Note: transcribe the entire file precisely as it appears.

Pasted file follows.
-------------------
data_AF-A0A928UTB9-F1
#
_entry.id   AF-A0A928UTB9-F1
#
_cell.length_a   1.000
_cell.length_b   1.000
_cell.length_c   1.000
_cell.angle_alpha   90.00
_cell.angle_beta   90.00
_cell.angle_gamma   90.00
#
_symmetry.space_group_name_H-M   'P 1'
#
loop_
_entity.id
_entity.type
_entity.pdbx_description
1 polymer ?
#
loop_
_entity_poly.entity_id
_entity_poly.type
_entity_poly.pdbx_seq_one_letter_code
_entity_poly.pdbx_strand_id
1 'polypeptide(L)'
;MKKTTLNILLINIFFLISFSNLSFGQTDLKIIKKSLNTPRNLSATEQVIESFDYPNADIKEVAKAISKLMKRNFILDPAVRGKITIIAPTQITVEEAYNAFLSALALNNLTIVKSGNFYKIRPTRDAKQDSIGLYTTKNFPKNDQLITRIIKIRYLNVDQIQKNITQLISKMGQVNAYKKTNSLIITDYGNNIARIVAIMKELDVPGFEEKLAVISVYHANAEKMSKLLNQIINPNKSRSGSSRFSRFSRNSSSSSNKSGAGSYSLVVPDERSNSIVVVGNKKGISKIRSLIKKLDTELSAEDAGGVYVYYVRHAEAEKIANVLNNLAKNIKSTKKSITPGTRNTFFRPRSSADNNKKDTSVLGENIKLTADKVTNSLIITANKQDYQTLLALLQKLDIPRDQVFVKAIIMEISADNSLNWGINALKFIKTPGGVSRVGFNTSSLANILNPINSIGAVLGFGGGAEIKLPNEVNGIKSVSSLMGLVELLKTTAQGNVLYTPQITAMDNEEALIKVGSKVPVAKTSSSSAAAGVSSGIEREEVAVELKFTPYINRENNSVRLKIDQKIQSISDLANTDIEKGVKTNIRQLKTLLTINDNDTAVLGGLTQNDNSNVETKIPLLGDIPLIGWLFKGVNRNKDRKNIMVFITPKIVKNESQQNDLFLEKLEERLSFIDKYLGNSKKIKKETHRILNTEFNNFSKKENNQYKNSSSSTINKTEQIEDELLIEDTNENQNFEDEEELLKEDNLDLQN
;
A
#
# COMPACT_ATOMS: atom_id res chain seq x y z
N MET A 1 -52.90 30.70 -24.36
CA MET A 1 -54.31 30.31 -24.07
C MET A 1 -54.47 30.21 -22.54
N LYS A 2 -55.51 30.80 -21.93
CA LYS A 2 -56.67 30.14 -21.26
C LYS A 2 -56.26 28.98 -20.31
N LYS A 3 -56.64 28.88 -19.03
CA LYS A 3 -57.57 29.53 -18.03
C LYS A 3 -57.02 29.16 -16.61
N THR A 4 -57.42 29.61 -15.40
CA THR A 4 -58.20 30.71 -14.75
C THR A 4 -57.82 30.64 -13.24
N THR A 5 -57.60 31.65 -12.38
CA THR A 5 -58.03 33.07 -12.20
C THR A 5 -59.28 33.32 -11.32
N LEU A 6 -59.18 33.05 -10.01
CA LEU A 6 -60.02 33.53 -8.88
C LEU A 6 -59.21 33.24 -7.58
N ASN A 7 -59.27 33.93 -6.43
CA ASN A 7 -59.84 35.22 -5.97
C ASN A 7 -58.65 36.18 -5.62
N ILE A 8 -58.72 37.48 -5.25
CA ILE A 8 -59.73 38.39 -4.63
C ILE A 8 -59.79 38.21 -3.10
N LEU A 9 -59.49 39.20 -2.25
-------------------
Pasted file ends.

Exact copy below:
data_AF-A0A928UTB9-F1
#
_entry.id   AF-A0A928UTB9-F1
#
_cell.length_a   1.000
_cell.length_b   1.000
_cell.length_c   1.000
_cell.angle_alpha   90.00
_cell.angle_beta   90.00
_cell.angle_gamma   90.00
#
_symmetry.space_group_name_H-M   'P 1'
#
loop_
_entity.id
_entity.type
_entity.pdbx_description
1 polymer ?
#
loop_
_entity_poly.entity_id
_entity_poly.type
_entity_poly.pdbx_seq_one_letter_code
_entity_poly.pdbx_strand_id
1 'polypeptide(L)'
;MKKTTLNILLINIFFLISFSNLSFGQTDLKIIKKSLNTPRNLSATEQVIESFDYPNADIKEVAKAISKLMKRNFILDPAVRGKITIIAPTQITVEEAYNAFLSALALNNLTIVKSGNFYKIRPTRDAKQDSIGLYTTKNFPKNDQLITRIIKIRYLNVDQIQKNITQLISKMGQVNAYKKTNSLIITDYGNNIARIVAIMKELDVPGFEEKLAVISVYHANAEKMSKLLNQIINPNKSRSGSSRFSRFSRNSSSSSNKSGAGSYSLVVPDERSNSIVVVGNKKGISKIRSLIKKLDTELSAEDAGGVYVYYVRHAEAEKIANVLNNLAKNIKSTKKSITPGTRNTFFRPRSSADNNKKDTSVLGENIKLTADKVTNSLIITANKQDYQTLLALLQKLDIPRDQVFVKAIIMEISADNSLNWGINALKFIKTPGGVSRVGFNTSSLANILNPINSIGAVLGFGGGAEIKLPNEVNGIKSVSSLMGLVELLKTTAQGNVLYTPQITAMDNEEALIKVGSKVPVAKTSSSSAAAGVSSGIEREEVAVELKFTPYINRENNSVRLKIDQKIQSISDLANTDIEKGVKTNIRQLKTLLTINDNDTAVLGGLTQNDNSNVETKIPLLGDIPLIGWLFKGVNRNKDRKNIMVFITPKIVKNESQQNDLFLEKLEERLSFIDKYLGNSKKIKKETHRILNTEFNNFSKKENNQYKNSSSSTINKTEQIEDELLIEDTNENQNFEDEEELLKEDNLDLQN
;
A
#
# COMPACT_ATOMS: atom_id res chain seq x y z
N MET A 1 -52.90 30.70 -24.36
CA MET A 1 -54.31 30.31 -24.07
C MET A 1 -54.47 30.21 -22.54
N LYS A 2 -55.51 30.80 -21.93
CA LYS A 2 -56.67 30.14 -21.26
C LYS A 2 -56.26 28.98 -20.31
N LYS A 3 -56.64 28.88 -19.03
CA LYS A 3 -57.57 29.53 -18.03
C LYS A 3 -57.02 29.16 -16.61
N THR A 4 -57.42 29.61 -15.40
CA THR A 4 -58.20 30.71 -14.75
C THR A 4 -57.82 30.64 -13.24
N THR A 5 -57.60 31.65 -12.38
CA THR A 5 -58.03 33.07 -12.20
C THR A 5 -59.28 33.32 -11.32
N LEU A 6 -59.18 33.05 -10.01
CA LEU A 6 -60.02 33.53 -8.88
C LEU A 6 -59.21 33.24 -7.58
N ASN A 7 -59.27 33.93 -6.43
CA ASN A 7 -59.84 35.22 -5.97
C ASN A 7 -58.65 36.18 -5.62
N ILE A 8 -58.72 37.48 -5.25
CA ILE A 8 -59.73 38.39 -4.63
C ILE A 8 -59.79 38.21 -3.10
N LEU A 9 -59.49 39.20 -2.25